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Acta Biomater. 2017 Aug;58:278-290. doi: 10.1016/j.actbio.2017.05.042. Epub 2017 May 18.

Effects of collagen microstructure and material properties on the deformation of the neural tissues of the lamina cribrosa.

Author information

1
Department of Ophthalmology, UPMC Eye Center, Eye and Ear Institute, Ophthalmology and Visual Science Research Center University of Pittsburgh School of Medicine, Pittsburgh, PA, USA.
2
Department of Ophthalmology, UPMC Eye Center, Eye and Ear Institute, Ophthalmology and Visual Science Research Center University of Pittsburgh School of Medicine, Pittsburgh, PA, USA; Department of Bioengineering, Swanson School of Engineering, University of Pittsburgh, Pittsburgh, PA, USA.
3
Department of Ophthalmology, UPMC Eye Center, Eye and Ear Institute, Ophthalmology and Visual Science Research Center University of Pittsburgh School of Medicine, Pittsburgh, PA, USA; Department of Bioengineering, Swanson School of Engineering, University of Pittsburgh, Pittsburgh, PA, USA; McGowan Institute for Regenerative Science, University of Pittsburgh School of Medicine, Pittsburgh, PA, USA. Electronic address: Ian@OcularBiomechanics.com.

Abstract

It is widely considered that intraocular pressure (IOP)-induced deformation within the neural tissue pores of the lamina cribrosa (LC) contributes to neurodegeneration and glaucoma. Our goal was to study how the LC microstructure and mechanical properties determine the mechanical insult to the neural tissues within the pores of the LC. Polarized light microscopy was used to measure the collagen density and orientation in histology sections of three sheep optic nerve heads (ONH) at both mesoscale (4.4μm) and microscale (0.73μm) resolutions. Mesoscale fiber-aware FE models were first used to calculate ONH deformations at an IOP of 30mmHg. The results were then used as boundary conditions for microscale models of LC regions. Models predicted large insult to the LC neural tissues, with 95th percentile 1st principal strains ranging from 7 to 12%. Pores near the scleral boundary suffered significantly higher stretch compared to pores in more central regions (10.0±1.4% vs. 7.2±0.4%; p=0.014; mean±SD). Variations in material properties altered the minimum, median, and maximum levels of neural tissue insult but largely did not alter the patterns of pore-to-pore variation, suggesting these patterns are determined by the underlying structure and geometry of the LC beams and pores. To the best of our knowledge, this is the first computational model that reproduces the highly heterogeneous neural tissue strain fields observed experimentally.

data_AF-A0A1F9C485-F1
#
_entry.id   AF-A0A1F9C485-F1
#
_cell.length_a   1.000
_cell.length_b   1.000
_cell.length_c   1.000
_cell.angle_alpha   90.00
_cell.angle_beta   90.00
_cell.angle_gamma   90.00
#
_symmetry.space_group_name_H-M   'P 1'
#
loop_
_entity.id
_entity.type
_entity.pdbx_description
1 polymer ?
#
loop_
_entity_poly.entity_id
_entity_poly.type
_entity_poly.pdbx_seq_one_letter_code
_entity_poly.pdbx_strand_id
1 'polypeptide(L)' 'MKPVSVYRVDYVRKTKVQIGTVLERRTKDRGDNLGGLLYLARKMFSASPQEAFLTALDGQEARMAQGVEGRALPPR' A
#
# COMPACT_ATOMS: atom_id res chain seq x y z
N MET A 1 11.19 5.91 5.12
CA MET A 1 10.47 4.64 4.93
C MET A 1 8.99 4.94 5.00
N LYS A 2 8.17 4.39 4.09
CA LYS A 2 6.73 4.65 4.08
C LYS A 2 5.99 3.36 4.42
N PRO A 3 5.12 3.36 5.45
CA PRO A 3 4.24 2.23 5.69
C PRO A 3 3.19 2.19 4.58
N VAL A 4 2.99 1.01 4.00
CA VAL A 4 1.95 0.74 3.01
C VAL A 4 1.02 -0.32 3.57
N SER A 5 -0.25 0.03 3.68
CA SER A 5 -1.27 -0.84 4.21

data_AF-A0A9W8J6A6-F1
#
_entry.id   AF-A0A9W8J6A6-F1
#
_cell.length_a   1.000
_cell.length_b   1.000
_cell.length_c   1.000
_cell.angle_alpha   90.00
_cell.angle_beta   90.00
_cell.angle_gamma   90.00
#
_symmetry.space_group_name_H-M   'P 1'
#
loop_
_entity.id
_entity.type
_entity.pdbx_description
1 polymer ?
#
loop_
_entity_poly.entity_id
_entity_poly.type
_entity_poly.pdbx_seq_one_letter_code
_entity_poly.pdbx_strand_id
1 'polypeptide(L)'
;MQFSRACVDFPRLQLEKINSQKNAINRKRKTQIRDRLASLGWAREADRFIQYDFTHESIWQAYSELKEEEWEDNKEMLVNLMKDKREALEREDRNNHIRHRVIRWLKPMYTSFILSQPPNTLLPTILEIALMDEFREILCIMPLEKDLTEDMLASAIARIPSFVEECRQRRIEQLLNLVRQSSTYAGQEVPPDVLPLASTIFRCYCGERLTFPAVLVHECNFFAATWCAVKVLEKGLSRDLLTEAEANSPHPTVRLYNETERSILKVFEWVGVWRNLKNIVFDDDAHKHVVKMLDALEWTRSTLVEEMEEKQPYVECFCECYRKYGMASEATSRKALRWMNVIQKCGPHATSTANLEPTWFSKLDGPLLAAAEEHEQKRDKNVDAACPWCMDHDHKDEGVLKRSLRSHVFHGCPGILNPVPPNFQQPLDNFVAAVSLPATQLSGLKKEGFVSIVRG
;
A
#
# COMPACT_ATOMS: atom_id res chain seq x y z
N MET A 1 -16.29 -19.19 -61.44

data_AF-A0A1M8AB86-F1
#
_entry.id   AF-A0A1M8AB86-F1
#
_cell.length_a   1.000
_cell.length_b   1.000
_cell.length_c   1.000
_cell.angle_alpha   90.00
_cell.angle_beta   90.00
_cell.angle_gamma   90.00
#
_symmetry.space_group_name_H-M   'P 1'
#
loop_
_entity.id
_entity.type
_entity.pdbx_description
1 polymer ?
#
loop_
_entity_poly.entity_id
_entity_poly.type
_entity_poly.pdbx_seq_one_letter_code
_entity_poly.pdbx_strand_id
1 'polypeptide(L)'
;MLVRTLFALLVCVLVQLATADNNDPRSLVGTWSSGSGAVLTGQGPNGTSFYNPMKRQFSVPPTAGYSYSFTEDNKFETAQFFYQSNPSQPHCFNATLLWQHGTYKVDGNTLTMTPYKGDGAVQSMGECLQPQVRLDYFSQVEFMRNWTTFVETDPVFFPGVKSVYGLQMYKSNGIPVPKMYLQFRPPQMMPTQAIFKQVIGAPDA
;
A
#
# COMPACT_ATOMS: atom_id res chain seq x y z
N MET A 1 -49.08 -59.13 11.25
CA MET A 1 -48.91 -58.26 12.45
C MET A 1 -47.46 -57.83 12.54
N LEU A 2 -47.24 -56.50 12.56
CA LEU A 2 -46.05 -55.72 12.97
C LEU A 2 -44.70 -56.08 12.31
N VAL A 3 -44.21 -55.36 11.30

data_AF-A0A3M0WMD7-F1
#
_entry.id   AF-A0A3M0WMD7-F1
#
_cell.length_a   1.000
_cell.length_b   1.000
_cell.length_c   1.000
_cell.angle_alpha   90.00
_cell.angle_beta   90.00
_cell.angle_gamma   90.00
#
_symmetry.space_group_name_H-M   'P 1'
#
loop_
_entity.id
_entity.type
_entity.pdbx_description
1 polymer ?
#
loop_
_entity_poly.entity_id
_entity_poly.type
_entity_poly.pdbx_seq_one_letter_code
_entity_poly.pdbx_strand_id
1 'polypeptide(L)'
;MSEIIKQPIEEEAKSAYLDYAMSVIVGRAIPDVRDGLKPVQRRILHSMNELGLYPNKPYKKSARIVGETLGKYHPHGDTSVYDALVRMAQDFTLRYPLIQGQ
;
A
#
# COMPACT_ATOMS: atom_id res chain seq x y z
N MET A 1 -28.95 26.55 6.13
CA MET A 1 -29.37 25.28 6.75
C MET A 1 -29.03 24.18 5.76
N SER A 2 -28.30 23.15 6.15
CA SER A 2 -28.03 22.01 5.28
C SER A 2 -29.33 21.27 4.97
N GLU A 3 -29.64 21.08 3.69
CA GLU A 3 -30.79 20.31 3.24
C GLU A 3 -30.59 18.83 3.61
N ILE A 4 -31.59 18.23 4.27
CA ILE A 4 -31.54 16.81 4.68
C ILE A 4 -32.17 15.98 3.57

STATEMENT OF SIGNIFICANCE:

The loss of visual function associated with glaucoma has been attributed to sustained mechanical insult to the neural tissues of the lamina cribrosa due to elevated intraocular pressure. Our study is the first computational model built from specimen-specific tissue microstructure to consider the mechanics of the neural tissues of the lamina separately from the connective tissue. We found that the deformation of the neural tissue was much larger than that predicted by any recent microstructure-aware models of the lamina. These results are consistent with recent experimental data and the highest deformations were found in the region of the lamina where glaucomatous damage first occurs. This study provides new insight into the complex biomechanical environment within the lamina.

KEYWORDS:

Biomechanics; Finite element modeling; Glaucoma; Intraocular pressure; Lamina cribrosa; Microstructure; Optic nerve head

PMID:
28528864
PMCID:
PMC5537032
DOI:
10.1016/j.actbio.2017.05.042
[Indexed for MEDLINE]
Free PMC Article

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